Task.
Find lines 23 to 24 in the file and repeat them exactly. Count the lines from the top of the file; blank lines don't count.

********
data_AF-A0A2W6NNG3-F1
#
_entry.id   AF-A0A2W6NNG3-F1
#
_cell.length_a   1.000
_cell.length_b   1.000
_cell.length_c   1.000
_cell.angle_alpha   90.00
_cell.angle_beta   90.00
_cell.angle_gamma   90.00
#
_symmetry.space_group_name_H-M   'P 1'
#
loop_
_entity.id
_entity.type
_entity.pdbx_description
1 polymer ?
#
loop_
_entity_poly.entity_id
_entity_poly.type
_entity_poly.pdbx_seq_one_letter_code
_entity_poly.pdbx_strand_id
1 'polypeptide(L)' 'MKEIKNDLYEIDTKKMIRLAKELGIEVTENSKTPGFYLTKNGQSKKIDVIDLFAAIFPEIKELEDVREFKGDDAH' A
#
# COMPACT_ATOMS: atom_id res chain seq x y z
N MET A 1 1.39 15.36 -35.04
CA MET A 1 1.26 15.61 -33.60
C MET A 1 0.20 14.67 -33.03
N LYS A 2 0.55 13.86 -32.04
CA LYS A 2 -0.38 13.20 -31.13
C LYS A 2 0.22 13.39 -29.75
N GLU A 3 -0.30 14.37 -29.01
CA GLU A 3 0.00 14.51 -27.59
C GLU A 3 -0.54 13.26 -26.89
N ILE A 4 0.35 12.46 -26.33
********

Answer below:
_entity_poly.pdbx_seq_one_letter_code
_entity_poly.pdbx_strand_id